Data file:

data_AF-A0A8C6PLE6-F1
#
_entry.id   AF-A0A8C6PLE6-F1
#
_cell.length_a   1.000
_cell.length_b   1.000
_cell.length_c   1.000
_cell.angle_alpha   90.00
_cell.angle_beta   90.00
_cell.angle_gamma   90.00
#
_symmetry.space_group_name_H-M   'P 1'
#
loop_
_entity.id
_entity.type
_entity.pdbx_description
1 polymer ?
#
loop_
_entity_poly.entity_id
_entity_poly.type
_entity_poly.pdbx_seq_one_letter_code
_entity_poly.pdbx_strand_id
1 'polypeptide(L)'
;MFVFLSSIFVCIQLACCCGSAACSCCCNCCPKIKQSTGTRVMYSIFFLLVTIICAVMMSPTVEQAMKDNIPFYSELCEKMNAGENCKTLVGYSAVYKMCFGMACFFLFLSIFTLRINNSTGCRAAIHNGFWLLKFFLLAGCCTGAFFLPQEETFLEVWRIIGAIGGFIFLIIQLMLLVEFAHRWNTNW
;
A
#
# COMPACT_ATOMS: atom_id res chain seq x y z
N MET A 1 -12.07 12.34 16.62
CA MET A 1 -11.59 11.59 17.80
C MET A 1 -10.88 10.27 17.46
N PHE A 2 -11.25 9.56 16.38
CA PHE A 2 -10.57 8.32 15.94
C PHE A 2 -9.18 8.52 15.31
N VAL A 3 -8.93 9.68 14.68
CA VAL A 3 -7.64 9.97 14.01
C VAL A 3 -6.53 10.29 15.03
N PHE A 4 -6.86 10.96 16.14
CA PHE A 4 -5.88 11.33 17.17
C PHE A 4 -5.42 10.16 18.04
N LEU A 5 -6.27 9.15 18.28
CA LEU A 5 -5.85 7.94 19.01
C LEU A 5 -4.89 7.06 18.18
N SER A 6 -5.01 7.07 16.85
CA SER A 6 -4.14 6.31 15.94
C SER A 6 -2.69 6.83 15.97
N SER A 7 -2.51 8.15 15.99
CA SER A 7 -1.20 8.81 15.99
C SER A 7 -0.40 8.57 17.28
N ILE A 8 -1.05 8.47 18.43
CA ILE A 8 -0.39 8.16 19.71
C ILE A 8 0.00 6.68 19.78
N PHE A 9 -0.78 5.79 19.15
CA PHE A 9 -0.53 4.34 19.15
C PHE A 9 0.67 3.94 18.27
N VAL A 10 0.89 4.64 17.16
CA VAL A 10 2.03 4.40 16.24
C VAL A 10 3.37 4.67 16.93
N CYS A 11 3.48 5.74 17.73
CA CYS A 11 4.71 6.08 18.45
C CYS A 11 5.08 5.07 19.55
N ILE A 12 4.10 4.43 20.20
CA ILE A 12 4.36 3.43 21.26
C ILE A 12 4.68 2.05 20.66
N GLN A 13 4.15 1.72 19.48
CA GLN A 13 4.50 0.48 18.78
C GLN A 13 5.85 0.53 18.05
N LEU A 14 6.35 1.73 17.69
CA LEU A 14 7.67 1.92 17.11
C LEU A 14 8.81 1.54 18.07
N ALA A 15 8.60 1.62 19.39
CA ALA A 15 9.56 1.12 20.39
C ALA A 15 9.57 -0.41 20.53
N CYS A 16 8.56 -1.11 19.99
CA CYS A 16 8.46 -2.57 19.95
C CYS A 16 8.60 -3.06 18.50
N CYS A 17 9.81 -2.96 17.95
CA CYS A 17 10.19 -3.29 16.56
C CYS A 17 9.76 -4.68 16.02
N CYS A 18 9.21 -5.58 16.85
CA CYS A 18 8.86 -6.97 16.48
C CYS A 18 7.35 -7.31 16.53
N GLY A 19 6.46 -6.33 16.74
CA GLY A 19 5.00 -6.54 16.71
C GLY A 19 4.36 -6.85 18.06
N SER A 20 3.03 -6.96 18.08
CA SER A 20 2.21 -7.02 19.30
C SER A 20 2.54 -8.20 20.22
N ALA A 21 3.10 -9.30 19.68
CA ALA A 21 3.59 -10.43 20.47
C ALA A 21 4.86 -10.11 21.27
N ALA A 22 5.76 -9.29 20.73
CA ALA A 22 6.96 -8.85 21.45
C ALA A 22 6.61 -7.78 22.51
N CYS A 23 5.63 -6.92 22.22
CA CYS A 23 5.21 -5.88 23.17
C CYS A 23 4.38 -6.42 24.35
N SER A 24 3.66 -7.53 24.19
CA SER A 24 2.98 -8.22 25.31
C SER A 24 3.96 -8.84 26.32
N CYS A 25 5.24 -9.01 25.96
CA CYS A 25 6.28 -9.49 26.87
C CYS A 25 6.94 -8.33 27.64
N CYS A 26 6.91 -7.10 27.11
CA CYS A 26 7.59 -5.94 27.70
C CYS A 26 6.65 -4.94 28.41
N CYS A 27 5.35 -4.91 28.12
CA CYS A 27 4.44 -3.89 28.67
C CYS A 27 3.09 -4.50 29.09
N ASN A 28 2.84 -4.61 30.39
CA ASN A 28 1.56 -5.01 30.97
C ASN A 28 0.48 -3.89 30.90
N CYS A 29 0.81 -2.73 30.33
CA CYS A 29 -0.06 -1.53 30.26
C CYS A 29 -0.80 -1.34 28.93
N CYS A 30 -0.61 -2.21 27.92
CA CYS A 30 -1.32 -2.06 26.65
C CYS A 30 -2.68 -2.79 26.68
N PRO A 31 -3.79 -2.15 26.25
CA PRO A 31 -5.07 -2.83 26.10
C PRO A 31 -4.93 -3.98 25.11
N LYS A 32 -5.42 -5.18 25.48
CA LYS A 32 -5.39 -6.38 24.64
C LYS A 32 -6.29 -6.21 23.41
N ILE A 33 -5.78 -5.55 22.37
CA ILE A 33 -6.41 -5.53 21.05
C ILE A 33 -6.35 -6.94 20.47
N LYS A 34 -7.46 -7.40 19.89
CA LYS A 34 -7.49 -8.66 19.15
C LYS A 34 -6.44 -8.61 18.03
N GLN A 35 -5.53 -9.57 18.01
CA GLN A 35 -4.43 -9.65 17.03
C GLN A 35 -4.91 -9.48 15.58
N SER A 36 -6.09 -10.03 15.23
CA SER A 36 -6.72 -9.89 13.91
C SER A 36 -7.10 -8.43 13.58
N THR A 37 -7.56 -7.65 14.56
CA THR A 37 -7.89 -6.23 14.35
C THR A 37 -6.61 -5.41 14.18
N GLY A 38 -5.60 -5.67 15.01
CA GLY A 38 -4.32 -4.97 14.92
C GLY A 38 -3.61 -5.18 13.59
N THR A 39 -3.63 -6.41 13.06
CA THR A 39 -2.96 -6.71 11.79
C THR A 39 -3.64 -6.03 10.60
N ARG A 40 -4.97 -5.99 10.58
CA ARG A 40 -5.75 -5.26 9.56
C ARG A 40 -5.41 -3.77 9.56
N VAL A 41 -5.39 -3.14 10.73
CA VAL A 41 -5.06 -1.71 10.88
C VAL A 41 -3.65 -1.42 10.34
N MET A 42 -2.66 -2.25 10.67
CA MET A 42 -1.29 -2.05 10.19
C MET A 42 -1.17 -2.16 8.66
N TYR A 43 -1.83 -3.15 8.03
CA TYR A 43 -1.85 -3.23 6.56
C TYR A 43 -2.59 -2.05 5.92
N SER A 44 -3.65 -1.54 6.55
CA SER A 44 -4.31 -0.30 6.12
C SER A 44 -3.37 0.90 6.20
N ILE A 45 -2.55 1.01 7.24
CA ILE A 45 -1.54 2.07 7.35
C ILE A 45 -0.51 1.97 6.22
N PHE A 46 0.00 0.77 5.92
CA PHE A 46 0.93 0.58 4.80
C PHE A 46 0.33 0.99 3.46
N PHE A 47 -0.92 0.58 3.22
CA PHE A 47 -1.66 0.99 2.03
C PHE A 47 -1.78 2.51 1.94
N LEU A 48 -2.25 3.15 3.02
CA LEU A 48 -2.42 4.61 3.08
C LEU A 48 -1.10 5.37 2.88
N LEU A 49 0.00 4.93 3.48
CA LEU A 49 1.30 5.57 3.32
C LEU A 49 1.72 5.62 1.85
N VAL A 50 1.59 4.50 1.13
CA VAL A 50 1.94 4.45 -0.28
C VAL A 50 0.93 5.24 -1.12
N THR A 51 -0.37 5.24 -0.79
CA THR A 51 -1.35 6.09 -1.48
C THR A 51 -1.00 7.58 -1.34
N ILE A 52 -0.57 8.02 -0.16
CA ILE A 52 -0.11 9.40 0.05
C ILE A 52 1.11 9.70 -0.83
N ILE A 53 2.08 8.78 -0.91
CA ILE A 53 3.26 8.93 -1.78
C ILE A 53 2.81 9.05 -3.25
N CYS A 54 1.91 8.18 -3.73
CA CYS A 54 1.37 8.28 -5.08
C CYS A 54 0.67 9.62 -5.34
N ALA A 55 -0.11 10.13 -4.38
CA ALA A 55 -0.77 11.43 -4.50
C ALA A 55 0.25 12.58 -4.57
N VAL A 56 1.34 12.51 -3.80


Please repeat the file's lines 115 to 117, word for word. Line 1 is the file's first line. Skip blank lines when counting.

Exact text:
N CYS A 29 0.81 -2.73 30.33
CA CYS A 29 -0.06 -1.53 30.26
C CYS A 29 -0.80 -1.34 28.93